Bentonville, Ark. -Wal-Mart is acquiring Vudu, the
Internet video download service.
The Santa Clara, Calif.-based company will become a wholly-owned
Wal-Mart subsidiary after the deal closes within the next few weeks. Terms of
the acquisition were not disclosed.
Vudu began as a download-to-own or download-to-rent video
distribution service that required a proprietary set-top box. Since then Vudu
has been incorporated into a growing number of IP-enabled TVs and Blu-ray
players through which consumers can download some 16,000 films and stream hundreds
of Internet applications and services including Facebook, Flickr, Twitter, The
New York Times
and The Associated Press.
“Combining Vudu’s unique
digital technology and service with Wal-Mart’s retail expertise and scale will
provide customers with unprecedented access to home entertainment options as
they migrate to a digital environment,” said Wal-Mart vice chairman Eduardo
Castro-Wright. “The real winner here is the customer.”
“We are excited about the opportunity to take our company’s
vision to the next level,” added Vudu executive VP Edward Lichty. “Vudu’s
services and apps platform will give Wal-Mart a powerful new vehicle to offer
customers the content they want in a way that expands the frontier of quality,
value and convenience.”
The deal would put Wal-Mart in the position of owning an embedded
service that is sold through competing retailers. It is unclear whether retailer
reaction could impact vendor support for Vudu going forward, and if the service
could become exclusive to derivative Walmart and Sam’s Club models.
Vudu is currently offered on LG and Mitsubishi TVs and Blu-ray
players, which are not carried by Wal-Mart, but will soon be added to products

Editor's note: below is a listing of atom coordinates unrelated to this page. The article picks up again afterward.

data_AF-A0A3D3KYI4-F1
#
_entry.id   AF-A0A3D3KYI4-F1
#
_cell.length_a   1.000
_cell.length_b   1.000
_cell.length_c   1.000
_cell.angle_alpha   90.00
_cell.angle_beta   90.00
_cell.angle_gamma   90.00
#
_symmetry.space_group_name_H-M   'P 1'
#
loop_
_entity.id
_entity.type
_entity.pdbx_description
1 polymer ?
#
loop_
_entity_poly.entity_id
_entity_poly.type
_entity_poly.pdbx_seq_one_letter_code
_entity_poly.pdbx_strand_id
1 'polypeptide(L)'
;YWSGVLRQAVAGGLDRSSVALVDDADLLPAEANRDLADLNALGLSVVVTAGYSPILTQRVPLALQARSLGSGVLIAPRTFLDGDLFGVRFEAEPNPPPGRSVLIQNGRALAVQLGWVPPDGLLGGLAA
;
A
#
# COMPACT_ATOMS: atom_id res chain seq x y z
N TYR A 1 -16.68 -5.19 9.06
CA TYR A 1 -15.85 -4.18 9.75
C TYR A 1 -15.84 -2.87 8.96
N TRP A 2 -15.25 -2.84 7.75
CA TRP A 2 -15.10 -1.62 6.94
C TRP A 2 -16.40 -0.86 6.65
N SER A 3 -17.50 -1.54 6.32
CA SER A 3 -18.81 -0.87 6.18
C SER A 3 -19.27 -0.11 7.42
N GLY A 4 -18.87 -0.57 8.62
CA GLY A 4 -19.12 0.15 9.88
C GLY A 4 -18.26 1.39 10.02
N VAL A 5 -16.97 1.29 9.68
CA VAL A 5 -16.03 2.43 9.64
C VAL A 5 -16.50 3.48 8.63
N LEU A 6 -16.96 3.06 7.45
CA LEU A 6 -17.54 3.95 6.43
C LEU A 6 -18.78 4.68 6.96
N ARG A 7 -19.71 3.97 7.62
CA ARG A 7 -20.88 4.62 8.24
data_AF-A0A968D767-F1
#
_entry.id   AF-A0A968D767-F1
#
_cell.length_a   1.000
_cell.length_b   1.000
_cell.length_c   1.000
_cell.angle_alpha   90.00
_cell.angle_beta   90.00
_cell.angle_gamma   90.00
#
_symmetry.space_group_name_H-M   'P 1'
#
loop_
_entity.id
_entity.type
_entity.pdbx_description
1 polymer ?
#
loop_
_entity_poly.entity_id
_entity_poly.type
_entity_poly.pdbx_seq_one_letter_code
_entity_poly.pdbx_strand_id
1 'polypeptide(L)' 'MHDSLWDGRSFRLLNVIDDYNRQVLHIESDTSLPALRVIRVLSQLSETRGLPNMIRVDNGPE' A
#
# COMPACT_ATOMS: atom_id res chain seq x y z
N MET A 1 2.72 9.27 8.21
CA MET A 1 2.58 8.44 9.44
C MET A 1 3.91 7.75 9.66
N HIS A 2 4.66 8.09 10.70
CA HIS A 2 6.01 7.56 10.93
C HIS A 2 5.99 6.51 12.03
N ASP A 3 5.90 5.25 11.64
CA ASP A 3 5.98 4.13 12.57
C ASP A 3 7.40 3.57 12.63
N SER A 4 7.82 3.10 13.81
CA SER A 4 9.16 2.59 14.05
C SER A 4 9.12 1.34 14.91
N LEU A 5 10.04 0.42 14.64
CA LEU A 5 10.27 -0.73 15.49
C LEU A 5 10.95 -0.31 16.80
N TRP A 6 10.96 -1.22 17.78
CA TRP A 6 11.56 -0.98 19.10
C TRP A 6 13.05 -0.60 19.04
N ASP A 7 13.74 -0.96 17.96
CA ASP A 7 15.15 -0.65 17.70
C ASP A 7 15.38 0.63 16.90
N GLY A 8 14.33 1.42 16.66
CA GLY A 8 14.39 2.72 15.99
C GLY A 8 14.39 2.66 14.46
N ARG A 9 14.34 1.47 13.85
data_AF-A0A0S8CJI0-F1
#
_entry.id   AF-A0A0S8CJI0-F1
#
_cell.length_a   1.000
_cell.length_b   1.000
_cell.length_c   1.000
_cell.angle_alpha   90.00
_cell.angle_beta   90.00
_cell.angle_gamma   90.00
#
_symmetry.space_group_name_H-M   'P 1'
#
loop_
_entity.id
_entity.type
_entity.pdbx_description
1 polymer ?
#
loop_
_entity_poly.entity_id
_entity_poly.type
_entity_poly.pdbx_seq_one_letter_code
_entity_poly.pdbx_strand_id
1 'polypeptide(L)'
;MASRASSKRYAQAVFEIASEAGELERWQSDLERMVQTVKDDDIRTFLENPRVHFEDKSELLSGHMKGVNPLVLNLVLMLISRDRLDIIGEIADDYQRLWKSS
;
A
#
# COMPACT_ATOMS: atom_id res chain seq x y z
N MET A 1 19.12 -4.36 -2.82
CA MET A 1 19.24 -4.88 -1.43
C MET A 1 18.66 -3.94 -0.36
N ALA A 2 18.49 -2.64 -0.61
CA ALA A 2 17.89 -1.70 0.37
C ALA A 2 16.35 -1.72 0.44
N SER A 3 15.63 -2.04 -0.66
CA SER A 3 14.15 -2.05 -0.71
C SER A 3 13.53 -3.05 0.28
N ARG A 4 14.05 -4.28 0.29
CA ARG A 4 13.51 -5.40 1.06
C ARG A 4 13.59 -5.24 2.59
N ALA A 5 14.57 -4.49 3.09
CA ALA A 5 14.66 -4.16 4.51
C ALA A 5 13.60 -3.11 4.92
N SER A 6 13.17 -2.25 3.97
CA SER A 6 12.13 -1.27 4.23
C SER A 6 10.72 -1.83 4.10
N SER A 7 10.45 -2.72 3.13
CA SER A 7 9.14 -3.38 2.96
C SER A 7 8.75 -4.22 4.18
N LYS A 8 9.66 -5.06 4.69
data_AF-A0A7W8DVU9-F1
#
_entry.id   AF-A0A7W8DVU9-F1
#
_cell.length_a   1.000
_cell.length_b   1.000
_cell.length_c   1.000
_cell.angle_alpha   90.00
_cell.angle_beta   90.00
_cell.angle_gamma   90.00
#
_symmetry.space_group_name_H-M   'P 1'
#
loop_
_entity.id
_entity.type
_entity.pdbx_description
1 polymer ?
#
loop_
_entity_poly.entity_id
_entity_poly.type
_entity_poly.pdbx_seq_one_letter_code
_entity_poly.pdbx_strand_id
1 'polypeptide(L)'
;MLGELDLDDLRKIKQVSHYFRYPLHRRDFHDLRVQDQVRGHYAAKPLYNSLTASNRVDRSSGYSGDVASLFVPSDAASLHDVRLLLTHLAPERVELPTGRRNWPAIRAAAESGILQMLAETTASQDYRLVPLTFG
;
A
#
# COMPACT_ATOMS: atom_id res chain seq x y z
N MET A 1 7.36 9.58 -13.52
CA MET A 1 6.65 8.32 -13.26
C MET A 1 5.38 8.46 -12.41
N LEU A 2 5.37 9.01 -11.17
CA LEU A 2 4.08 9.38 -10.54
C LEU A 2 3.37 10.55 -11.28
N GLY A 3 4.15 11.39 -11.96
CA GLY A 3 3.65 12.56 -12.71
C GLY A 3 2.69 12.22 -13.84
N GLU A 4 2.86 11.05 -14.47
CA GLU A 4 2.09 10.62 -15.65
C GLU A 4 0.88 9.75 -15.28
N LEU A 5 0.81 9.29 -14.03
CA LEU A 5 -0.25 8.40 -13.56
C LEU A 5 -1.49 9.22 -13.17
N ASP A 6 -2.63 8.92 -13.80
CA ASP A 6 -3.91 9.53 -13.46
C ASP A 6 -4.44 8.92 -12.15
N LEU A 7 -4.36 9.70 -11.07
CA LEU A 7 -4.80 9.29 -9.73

under brands the discounter does sell, including Sanyo, Sharp and Vizio.
The announcement follows Best Buy’s partnership in November with Sonic
Solutions, through which the chain will sell, market and promote the company’s Roxio
CinemaNow video streaming services in packages with broadband services and
various connected devices.
Following an aborted digital download venture with
Hewlett-Packard in 2007, “Wal-Mart is re-entering the OTT [over-the-top] market
at an opportune time,” observed Kurt Scherf, research VP at Parks Associates, a
Dallas-based market research firm and consultancy. Usage of paid online video
services including movie rentals and movie and TV downloads doubled between
2008 and 2009, he said, and revenues for premium video rentals and downloads are
projected to grow from $2.3 billion this year to $8.4 billion by 2014.
At that point, more than 40 percent of transactional revenues for
premium online video services will be through connected devices such as
connected TVs, Blu-ray players, game consoles, and networked digital media
set-top boxes, the company predicts,
retail muscle, this could mean significant growth of more Web-enabled consumer
electronics products,” Parks Associates said.